to 10 PERCENT by fiscal 2010, or fiscal 2011 at the latest, to
finance social security expenses and fiscal reconstruction, setting
the reform period at three years. Though the package includes the
implementation of a fixed rate income tax break, it places emphasis
on the fiscal discipline, calling for bringing the primary balance
into the black by fiscal 2011 without fail.

The set of proposals is aimed to be included in a package reform of
the tax, fiscal and social security systems. There is, however, a
gap with the policy stance of the new administration, which
prioritizes economic stimulus measures.

Chairman Fujio Mitarai after meeting with Prime Minister Aso at the
Kantei on September 30 told reporters, "What the prime minister said
is in agreement with the stand of Nippon Keidanren." However, there
is a subtle difference in views between Aso, who advocates economic
growth, based on, first, economic stimulus measures, second, on
fiscal reconstruction and, third, on reform, and Nippon Keidanren,
which focuses on fiscal reconstruction.

The association's proposal regarding the consumption tax is more
radical than a proposal State Minister for Economic and Fiscal
Policy Karoru Yosano, who also advocates fiscal reconstruction, made
during the LDP presidential campaign. Its aim appears to be to spur
policy debate between the LDP and the DPJ in the run-up to the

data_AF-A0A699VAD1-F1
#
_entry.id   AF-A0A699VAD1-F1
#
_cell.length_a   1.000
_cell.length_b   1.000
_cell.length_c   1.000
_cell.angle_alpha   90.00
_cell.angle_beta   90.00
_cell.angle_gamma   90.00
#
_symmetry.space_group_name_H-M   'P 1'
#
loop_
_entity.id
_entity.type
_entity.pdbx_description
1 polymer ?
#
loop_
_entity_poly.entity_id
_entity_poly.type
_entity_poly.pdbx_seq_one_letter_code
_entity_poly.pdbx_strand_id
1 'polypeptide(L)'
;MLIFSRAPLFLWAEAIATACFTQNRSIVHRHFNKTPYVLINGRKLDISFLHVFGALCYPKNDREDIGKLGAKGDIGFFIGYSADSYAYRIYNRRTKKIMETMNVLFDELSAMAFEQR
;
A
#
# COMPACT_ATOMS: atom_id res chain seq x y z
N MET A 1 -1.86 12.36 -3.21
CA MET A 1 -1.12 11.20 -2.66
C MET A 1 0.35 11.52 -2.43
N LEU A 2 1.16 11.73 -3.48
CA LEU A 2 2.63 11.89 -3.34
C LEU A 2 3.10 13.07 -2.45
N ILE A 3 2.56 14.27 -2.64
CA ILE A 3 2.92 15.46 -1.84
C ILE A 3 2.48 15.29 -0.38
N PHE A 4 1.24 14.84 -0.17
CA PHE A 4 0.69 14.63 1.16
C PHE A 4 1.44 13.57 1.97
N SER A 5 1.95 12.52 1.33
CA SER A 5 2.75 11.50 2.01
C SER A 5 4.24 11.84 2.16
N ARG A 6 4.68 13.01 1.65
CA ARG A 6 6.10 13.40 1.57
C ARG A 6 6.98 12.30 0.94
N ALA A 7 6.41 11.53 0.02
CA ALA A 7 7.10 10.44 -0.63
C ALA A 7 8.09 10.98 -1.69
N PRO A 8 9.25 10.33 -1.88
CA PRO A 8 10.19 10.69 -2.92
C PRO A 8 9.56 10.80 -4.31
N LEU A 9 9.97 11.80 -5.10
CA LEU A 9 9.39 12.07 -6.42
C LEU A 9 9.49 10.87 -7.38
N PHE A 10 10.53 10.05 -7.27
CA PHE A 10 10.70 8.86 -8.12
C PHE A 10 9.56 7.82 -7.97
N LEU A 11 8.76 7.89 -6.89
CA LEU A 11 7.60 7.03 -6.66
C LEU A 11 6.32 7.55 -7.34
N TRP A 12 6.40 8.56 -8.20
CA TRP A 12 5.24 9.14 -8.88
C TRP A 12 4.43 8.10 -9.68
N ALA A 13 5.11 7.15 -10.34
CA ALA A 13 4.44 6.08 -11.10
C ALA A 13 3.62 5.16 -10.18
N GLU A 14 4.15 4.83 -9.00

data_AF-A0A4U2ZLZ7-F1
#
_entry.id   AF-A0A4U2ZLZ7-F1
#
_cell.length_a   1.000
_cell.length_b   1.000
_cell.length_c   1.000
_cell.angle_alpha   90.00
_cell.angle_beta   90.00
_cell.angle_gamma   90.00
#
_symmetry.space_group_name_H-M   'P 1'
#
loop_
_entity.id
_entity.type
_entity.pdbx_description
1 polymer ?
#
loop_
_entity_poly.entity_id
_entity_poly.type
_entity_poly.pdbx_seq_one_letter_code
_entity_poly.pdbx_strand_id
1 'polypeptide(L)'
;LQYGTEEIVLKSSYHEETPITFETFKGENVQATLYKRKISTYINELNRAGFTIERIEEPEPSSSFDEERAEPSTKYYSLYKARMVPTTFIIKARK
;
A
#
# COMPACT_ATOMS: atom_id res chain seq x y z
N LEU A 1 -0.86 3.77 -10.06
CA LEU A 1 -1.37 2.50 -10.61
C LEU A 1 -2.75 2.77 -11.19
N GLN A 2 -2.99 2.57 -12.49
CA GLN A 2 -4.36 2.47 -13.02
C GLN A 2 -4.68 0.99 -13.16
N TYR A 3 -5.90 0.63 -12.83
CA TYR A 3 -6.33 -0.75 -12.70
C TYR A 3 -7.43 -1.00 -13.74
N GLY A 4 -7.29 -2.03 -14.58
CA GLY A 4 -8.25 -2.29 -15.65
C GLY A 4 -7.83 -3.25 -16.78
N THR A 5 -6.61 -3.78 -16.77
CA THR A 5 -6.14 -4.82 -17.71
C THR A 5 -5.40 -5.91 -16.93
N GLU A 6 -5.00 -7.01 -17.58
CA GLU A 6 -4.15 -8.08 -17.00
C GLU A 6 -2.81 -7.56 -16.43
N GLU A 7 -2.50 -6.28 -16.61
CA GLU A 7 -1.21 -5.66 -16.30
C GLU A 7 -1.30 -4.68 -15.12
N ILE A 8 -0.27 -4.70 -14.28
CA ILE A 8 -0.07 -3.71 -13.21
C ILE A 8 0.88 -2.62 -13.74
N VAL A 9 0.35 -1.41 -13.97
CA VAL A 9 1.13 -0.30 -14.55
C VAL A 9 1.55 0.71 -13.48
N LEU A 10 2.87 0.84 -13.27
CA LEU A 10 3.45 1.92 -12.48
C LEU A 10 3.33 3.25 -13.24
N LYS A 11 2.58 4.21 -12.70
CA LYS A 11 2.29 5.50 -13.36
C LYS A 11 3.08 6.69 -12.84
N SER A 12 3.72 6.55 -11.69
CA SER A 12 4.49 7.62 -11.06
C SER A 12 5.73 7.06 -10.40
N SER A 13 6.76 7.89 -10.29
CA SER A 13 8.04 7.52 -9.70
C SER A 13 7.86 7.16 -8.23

upcoming general election.

17) Indian prime minister to visit Japan late this month

NIKKEI (Page 2) (Full)
October 3, 2008

It has been decided that Indian Prime Minister Manmohan Singh will
visit Japan in late October to hold talks with Prime Minister Taro
Aso. A final coordination on a two-day visit on Oct. 22-23 is now
being carried out. The schedule will be approved by the cabinet
soon. The expectation is that the two leaders will issue a joint
statement stipulating the need for expanding strategic cooperation
in diplomatic and economic areas. While political maneuvering is
intensifying over the dissolution of the House of Representatives
and a general election, Aso appears to be aiming to maintain the
cohesiveness of his government by promoting steadily diplomatic

Although the Indian prime minister visited in July to attend as a
guest in the Group of Eight (G-8) Summit in Hokkaido, this will be
his first formal visit since he did one in December 2006.

In the summit meeting, Aso and Singh will affirm cooperation on the
UN reform and nuclear nonproliferation issues. The two leaders are
expected to agree on strengthening cooperation also on energy and
battle against global warming. They will look into the possibility
of exchanges between Japan's Self-Defense Forces and India's
military forces.